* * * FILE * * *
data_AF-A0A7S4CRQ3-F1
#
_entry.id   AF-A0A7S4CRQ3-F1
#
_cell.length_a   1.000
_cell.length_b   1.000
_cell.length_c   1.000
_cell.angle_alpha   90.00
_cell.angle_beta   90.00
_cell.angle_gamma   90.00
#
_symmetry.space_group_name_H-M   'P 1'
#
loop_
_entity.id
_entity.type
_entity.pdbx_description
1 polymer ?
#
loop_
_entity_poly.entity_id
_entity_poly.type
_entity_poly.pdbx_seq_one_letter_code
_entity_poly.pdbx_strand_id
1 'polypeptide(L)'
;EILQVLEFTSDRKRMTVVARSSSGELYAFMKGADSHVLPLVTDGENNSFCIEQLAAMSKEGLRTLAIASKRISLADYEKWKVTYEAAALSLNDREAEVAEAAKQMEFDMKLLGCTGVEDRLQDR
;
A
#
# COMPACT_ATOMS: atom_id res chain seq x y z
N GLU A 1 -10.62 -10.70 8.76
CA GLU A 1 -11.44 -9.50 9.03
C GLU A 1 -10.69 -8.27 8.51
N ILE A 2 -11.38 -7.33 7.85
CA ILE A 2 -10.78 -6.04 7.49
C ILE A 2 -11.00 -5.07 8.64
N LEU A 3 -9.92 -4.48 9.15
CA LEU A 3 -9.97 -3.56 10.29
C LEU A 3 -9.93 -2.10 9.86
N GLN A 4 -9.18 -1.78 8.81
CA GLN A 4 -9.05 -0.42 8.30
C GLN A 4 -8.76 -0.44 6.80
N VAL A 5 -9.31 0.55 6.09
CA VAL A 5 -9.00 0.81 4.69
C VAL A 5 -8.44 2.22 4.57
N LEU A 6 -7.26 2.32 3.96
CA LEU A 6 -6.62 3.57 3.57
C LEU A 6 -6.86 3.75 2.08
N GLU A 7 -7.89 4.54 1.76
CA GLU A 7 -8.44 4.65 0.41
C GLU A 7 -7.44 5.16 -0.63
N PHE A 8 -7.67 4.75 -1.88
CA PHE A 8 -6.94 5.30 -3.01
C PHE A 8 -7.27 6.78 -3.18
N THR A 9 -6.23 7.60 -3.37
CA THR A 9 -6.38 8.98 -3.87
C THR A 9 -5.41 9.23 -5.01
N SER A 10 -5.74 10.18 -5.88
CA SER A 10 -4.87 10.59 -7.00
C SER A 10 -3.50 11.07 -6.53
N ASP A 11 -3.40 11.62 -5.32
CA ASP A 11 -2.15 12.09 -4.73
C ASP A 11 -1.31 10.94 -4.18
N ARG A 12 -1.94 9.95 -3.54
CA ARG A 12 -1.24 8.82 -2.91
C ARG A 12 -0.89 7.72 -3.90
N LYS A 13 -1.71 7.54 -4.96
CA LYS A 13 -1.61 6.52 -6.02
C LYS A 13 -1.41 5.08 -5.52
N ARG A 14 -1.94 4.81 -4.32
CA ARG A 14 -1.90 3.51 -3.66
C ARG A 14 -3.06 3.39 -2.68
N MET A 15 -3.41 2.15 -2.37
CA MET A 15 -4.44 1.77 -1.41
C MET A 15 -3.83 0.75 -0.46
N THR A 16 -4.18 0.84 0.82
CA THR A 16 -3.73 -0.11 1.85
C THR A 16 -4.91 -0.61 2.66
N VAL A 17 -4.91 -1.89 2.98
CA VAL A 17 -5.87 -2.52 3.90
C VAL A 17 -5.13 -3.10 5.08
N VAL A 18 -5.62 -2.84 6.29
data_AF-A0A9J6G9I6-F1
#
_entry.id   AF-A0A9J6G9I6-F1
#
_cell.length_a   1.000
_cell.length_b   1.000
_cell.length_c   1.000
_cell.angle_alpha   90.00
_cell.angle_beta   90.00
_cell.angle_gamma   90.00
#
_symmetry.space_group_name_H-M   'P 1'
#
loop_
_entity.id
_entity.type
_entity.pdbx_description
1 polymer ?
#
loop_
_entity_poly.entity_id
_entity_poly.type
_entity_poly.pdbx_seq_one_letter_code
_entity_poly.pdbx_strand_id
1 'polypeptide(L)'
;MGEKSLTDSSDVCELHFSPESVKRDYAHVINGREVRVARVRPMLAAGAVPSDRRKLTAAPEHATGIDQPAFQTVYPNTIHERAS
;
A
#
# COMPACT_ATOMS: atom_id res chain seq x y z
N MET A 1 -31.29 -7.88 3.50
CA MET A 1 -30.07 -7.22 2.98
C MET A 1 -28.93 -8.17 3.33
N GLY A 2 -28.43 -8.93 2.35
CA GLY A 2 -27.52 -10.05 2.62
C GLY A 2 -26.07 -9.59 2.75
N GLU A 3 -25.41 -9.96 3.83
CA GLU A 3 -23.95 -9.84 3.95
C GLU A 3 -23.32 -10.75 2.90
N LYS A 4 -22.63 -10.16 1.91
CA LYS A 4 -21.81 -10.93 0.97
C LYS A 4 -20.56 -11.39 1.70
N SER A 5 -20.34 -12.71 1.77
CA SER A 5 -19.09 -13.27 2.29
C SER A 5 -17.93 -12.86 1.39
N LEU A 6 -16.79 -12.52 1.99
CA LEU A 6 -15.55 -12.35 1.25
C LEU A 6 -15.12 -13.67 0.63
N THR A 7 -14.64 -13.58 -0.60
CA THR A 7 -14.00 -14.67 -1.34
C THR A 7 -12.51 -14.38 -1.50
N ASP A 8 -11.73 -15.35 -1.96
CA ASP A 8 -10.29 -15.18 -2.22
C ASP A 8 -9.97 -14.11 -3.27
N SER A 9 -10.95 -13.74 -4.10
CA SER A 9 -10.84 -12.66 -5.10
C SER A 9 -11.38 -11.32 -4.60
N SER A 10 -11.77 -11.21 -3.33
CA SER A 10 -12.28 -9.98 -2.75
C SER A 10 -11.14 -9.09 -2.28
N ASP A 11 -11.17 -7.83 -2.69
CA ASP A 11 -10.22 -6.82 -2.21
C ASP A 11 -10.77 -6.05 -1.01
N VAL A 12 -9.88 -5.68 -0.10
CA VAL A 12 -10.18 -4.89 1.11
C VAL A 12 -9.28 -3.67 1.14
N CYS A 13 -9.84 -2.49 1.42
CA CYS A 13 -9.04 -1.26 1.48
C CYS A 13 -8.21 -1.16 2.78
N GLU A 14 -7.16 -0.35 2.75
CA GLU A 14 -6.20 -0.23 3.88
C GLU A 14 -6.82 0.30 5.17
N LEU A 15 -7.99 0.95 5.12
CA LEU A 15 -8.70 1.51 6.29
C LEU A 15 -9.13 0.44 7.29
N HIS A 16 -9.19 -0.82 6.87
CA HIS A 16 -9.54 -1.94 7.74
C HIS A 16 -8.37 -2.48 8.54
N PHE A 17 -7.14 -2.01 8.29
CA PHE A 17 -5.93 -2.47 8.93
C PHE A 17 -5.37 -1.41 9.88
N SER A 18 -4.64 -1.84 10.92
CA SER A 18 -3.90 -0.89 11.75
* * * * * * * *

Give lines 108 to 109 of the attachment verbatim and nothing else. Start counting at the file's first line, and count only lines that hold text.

;MGEKSLTDSSDVCELHFSPESVKRDYAHVINGREVRVARVRPMLAAGAVPSDRRKLTAAPEHATGIDQPAFQTVYPNTIHERAS
;